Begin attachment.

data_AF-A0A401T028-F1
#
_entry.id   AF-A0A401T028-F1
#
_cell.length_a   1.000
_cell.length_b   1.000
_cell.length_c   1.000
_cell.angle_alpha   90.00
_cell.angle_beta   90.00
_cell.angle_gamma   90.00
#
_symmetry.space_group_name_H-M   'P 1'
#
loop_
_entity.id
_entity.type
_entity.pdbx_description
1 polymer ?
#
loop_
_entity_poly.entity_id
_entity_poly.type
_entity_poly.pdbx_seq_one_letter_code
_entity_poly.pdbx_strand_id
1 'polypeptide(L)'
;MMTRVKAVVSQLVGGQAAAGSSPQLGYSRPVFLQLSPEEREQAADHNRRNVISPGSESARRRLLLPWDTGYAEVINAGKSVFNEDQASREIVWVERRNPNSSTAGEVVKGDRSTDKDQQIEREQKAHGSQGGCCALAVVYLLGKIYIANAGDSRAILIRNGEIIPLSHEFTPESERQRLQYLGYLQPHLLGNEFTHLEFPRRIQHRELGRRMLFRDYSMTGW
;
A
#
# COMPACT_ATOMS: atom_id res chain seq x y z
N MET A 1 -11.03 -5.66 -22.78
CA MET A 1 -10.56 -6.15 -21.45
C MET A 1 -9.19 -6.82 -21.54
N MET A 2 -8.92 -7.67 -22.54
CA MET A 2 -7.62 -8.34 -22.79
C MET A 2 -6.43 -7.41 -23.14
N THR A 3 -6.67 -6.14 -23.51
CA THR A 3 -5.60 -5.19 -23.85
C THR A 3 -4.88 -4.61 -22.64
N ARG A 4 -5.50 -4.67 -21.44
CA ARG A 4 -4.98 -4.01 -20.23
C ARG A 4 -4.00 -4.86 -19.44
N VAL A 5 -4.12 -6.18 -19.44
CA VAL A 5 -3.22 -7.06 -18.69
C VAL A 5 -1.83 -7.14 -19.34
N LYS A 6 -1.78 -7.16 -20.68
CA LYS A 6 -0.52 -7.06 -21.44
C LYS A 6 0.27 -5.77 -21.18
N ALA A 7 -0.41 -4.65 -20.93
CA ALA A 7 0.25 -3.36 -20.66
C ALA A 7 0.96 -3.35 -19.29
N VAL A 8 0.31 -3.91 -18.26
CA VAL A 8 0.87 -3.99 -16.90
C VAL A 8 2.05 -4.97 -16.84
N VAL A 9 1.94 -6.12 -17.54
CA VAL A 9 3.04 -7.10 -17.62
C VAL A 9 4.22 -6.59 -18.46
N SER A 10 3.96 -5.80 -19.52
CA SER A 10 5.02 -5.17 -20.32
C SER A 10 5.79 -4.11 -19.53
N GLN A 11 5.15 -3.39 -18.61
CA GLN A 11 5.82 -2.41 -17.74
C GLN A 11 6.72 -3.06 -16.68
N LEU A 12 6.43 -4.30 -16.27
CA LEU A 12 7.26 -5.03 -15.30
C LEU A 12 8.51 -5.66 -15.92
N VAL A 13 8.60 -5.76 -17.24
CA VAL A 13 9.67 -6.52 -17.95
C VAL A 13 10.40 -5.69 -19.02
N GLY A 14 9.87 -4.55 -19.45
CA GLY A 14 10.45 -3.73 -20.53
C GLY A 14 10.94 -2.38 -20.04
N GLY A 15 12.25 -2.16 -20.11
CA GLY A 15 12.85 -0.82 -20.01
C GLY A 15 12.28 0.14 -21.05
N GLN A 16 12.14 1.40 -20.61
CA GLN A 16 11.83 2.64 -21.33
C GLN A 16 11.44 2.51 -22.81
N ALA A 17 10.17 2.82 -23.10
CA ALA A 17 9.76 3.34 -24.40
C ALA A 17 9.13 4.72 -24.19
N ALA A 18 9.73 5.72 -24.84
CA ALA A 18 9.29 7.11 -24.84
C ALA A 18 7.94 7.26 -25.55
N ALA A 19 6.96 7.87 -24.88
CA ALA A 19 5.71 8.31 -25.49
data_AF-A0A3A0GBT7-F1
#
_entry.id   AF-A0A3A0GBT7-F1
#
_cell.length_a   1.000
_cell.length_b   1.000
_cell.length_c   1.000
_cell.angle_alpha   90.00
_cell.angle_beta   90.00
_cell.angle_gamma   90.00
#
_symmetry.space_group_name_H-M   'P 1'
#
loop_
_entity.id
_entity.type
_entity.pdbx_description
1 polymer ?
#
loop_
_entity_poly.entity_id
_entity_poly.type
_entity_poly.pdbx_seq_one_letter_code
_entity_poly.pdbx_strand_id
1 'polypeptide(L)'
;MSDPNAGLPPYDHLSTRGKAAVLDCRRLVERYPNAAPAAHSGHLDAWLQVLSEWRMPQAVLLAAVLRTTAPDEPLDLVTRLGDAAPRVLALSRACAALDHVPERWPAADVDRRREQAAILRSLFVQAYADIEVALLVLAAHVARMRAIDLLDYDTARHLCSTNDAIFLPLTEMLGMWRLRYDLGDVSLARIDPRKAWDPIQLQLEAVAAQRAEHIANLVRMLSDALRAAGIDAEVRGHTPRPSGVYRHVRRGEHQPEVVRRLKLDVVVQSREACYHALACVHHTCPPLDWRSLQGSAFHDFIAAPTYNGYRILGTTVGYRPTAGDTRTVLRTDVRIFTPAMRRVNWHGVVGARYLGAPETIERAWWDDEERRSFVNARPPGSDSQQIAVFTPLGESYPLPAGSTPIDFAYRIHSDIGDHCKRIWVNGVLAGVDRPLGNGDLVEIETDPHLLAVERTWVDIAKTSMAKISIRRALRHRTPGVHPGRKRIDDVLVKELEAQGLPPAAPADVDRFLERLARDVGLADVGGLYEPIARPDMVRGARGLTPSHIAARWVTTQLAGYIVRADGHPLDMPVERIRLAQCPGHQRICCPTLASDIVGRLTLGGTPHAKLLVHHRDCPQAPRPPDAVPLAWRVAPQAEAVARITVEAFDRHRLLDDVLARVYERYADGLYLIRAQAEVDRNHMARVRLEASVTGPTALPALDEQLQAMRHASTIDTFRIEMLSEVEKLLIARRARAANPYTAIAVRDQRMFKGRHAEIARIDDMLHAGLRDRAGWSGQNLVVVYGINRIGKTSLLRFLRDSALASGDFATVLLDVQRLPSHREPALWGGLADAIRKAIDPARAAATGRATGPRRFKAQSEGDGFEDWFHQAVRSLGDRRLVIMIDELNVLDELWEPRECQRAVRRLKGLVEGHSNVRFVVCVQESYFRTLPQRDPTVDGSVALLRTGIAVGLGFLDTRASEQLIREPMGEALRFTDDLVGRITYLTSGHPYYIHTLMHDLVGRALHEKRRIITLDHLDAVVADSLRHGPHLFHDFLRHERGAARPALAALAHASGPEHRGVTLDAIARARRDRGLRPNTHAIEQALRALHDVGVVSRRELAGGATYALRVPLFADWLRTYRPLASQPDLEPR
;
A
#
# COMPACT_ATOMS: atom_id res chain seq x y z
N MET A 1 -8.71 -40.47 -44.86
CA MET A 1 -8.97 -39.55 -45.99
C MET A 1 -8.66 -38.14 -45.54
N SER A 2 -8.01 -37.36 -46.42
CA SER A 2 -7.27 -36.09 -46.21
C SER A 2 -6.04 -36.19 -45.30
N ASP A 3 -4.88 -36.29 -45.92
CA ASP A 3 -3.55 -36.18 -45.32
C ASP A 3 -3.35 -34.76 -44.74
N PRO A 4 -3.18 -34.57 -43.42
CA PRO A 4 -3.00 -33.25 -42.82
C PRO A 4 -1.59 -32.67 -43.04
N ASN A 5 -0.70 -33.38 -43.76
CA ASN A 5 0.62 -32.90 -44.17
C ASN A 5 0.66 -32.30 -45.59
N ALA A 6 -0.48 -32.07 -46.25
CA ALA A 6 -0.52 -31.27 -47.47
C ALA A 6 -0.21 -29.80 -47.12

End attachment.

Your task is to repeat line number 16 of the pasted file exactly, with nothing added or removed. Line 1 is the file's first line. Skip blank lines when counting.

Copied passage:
_entity.type